How did we do with the huge undertaking of providing Affordable Health Care to every American?? Let’s review.
With all of the planning and new laws enacted, what happened in 2014?
- New law that implemented reforms for insurance companies making sure they can’t refuse to sell or renew policies because of pre-existing conditions. They are also supposed to be limited on their charge of higher rates based on health or gender.
- The new law prohibited new plans from imposing annual dollar limits on coverage though that law was phased out on annual limits in 2014.
The idea was to make care more affordable. Tax credits were to be easier for the middle class to make insurance affordable and available. Premium payments are based on annual income. Americans who earn less than 133% of the poverty level (approximately $14,000 for an individual and $29,000 for a family of four) would be eligible to enroll in Medicaid. States will receive 100% federal funding for the first three years to support this expanded coverage, phasing to 90% federal funding in subsequent years, effective January 1, 2014.
When employers don’t provide insurance, people are able to buy it from the general marketplace which was to offer a choice of benefits with variable costs. Small business tax credits were available for qualified business and small nonprofit organizations. The credit is up to 50% of the employer’s contribution for health insurance.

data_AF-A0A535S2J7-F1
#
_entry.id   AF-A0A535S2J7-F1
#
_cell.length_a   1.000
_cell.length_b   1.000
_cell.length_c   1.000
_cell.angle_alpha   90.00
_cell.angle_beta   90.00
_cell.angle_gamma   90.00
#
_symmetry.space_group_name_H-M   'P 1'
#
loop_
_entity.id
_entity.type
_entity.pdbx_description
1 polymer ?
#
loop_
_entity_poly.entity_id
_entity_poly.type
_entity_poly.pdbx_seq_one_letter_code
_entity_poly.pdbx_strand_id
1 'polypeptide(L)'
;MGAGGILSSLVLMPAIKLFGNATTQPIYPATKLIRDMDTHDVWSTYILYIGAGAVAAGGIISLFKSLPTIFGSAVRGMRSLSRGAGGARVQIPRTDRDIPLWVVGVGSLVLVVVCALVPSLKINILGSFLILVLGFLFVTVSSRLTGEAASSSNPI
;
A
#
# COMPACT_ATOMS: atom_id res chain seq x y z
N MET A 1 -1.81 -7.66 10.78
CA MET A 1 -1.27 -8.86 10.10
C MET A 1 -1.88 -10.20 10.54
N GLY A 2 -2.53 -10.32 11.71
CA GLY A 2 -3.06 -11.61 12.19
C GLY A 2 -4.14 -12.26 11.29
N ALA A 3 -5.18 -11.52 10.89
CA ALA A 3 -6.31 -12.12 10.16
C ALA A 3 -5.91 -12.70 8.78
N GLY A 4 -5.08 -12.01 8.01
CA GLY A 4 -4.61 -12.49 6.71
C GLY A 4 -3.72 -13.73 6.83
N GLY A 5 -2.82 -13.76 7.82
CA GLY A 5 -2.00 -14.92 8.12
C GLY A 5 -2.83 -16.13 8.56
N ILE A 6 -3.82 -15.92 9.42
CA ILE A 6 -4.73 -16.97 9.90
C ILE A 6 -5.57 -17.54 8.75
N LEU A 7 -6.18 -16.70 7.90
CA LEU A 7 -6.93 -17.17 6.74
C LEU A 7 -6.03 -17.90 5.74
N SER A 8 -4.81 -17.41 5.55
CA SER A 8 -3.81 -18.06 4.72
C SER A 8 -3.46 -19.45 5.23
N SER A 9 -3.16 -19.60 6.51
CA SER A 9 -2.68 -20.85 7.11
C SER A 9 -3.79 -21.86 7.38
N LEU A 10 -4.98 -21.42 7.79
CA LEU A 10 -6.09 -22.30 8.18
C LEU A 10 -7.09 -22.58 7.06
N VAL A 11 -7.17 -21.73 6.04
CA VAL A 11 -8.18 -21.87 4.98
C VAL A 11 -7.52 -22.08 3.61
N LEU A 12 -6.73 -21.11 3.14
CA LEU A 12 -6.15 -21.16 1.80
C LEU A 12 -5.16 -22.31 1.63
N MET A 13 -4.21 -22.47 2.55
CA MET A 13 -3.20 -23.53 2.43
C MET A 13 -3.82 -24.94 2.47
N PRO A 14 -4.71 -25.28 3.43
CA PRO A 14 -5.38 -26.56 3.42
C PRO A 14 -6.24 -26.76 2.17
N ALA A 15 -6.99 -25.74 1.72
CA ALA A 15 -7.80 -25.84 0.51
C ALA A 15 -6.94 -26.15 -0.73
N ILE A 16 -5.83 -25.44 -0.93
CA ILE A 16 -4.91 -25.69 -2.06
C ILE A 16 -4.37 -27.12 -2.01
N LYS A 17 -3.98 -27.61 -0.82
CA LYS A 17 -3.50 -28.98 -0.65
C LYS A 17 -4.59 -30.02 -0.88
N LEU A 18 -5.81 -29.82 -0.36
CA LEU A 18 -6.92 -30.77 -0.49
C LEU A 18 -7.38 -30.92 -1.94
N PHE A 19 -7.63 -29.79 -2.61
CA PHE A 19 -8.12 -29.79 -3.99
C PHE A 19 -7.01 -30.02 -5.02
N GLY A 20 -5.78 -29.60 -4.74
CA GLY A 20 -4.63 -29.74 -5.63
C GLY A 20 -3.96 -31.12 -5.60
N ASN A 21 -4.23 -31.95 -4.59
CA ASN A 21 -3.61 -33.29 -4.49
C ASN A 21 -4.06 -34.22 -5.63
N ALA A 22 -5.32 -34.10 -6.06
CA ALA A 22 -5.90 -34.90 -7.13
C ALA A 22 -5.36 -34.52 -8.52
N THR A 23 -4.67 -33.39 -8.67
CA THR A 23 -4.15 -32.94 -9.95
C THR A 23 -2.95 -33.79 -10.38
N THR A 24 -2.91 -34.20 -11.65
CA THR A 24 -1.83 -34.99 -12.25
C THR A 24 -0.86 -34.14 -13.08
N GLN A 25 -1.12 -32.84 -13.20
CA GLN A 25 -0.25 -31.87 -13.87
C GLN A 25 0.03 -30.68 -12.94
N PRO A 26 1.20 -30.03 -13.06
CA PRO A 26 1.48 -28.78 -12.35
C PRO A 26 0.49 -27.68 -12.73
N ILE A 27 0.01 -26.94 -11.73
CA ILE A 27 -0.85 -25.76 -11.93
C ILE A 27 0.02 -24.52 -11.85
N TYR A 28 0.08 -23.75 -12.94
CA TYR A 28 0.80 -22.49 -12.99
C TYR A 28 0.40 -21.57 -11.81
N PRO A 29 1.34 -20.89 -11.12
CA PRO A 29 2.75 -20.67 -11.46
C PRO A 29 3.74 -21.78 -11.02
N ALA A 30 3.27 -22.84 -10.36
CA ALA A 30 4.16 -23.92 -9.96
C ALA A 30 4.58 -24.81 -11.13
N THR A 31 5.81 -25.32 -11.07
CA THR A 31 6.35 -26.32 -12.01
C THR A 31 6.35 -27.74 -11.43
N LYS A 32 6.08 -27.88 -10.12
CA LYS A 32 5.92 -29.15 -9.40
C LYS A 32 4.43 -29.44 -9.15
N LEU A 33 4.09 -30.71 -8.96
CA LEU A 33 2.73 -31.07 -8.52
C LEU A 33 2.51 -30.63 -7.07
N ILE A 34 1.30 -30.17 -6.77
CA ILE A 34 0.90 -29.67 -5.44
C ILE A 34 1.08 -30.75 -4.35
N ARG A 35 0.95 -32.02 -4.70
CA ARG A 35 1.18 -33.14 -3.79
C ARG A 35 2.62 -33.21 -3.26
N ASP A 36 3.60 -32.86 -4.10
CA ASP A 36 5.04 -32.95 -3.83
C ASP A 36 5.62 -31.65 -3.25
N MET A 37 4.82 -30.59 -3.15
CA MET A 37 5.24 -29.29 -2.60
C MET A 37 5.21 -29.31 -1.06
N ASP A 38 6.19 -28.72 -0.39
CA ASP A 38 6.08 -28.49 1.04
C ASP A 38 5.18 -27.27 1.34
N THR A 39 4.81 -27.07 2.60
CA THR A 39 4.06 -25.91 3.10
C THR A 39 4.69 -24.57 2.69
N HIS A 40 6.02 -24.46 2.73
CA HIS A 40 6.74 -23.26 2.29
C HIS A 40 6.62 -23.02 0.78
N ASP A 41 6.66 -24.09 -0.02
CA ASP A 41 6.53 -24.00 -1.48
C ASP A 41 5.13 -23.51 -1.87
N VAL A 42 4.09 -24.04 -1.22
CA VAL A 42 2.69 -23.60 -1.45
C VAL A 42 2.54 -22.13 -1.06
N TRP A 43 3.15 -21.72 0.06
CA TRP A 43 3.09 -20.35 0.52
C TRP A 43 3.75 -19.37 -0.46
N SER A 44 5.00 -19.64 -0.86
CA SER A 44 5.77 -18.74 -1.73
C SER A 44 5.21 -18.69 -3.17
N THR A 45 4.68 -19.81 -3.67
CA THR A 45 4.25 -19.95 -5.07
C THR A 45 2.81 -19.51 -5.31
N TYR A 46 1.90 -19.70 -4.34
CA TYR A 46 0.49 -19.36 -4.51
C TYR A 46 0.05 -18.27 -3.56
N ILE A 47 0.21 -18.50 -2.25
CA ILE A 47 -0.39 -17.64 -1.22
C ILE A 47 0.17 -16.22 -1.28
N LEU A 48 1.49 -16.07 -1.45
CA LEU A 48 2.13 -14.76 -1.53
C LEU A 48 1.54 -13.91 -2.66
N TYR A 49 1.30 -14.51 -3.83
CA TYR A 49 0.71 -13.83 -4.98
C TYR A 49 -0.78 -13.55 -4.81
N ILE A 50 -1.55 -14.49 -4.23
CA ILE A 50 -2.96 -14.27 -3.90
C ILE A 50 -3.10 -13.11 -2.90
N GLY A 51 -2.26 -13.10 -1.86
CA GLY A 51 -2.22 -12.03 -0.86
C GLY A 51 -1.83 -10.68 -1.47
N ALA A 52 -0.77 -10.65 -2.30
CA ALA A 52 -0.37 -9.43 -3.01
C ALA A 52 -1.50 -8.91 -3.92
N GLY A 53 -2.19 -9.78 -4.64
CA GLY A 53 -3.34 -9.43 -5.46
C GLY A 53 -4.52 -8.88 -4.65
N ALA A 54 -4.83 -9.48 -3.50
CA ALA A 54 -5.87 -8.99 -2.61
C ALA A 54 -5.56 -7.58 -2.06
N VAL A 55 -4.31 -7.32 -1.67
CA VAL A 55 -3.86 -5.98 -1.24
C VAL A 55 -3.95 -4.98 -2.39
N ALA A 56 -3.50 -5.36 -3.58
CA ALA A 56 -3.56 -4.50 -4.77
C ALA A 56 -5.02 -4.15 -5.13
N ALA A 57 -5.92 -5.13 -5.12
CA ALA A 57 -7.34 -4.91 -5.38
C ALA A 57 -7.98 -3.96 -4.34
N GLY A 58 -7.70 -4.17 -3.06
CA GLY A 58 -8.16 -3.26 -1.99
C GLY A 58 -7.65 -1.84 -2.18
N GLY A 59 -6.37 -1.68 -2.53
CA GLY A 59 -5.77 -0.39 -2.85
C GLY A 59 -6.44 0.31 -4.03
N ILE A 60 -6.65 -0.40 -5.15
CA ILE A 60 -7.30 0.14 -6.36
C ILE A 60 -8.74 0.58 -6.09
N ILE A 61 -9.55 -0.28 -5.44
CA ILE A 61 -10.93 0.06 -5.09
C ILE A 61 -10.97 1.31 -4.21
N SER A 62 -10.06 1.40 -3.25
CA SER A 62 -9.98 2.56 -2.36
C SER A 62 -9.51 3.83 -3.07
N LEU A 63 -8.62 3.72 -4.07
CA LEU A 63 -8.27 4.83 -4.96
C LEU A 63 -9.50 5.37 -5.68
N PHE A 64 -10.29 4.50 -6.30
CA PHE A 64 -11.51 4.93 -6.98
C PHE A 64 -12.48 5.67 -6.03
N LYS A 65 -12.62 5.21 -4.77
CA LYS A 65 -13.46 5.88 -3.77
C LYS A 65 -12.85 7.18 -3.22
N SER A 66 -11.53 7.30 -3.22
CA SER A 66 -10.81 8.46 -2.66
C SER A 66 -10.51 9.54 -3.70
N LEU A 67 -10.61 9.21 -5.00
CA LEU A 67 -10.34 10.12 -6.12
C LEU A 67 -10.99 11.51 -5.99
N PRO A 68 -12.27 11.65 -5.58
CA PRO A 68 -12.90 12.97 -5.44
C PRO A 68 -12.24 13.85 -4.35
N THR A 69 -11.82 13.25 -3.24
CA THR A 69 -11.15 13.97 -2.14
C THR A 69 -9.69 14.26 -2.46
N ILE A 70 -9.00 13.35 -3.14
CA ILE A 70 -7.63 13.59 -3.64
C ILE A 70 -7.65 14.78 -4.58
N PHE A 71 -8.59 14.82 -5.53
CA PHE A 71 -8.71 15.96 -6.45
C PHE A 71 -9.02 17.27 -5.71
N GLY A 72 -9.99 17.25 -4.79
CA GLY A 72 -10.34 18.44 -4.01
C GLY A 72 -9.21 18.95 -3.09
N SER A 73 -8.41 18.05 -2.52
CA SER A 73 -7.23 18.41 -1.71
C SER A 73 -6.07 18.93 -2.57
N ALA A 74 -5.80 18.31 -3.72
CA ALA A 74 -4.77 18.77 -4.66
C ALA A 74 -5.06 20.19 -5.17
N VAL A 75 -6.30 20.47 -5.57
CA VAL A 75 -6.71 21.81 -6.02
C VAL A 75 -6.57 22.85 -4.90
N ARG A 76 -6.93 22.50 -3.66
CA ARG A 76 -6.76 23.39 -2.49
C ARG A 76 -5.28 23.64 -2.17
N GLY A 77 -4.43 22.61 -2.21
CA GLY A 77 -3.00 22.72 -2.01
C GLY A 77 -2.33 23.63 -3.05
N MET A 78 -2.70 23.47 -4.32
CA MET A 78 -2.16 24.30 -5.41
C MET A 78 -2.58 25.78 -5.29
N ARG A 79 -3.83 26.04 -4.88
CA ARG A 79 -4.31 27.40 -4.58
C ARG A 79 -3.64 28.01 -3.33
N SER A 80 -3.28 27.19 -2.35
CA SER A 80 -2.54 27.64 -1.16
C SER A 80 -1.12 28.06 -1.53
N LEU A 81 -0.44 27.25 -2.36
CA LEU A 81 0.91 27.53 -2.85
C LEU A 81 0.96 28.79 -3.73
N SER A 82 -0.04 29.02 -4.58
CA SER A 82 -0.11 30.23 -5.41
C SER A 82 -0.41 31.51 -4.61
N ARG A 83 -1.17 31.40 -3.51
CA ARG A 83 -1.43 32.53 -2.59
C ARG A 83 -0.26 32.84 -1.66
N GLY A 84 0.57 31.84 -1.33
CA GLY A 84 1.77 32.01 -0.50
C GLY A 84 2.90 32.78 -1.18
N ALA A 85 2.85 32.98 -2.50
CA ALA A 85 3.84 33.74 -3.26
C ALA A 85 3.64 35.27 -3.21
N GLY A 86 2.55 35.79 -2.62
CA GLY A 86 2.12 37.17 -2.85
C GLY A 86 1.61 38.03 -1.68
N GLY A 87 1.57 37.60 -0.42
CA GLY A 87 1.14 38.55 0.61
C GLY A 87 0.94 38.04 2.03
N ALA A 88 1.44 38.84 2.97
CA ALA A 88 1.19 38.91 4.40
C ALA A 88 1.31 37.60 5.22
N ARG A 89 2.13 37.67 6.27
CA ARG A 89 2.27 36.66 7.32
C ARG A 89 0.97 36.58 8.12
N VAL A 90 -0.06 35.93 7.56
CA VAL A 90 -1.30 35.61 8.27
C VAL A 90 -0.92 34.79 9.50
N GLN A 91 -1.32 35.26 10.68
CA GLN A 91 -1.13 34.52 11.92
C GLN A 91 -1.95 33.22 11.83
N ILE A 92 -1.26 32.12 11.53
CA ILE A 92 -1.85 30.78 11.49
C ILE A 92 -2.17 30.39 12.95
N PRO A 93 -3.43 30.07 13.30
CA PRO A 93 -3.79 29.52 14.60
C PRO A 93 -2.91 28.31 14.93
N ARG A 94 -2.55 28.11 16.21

So what happened with all this new law???
15 million Americans who didn’t have health insurance before the ACA was signed into law in 2010 are now covered, bringing the total uninsured adults in the US from 18% to 13.4%. During the year many dropped their plans, or didn’t yet renew them for 2015. Still, for open enrollment in 2015, there is a hint by the numbers that a larger number of total enrollees are anticipated. Enrollment is expected to increase as people respond to subsidies and to penalties for failure to obtain coverage (imposed by the Internal Revenue Service).
Arguments rage among the pundits about the actual numbers, suggesting that more people have dropped their plans because they can’t afford it, and that the coverage is not that good. With deductibles as high as $6,000, before insurance pays anything is questionable.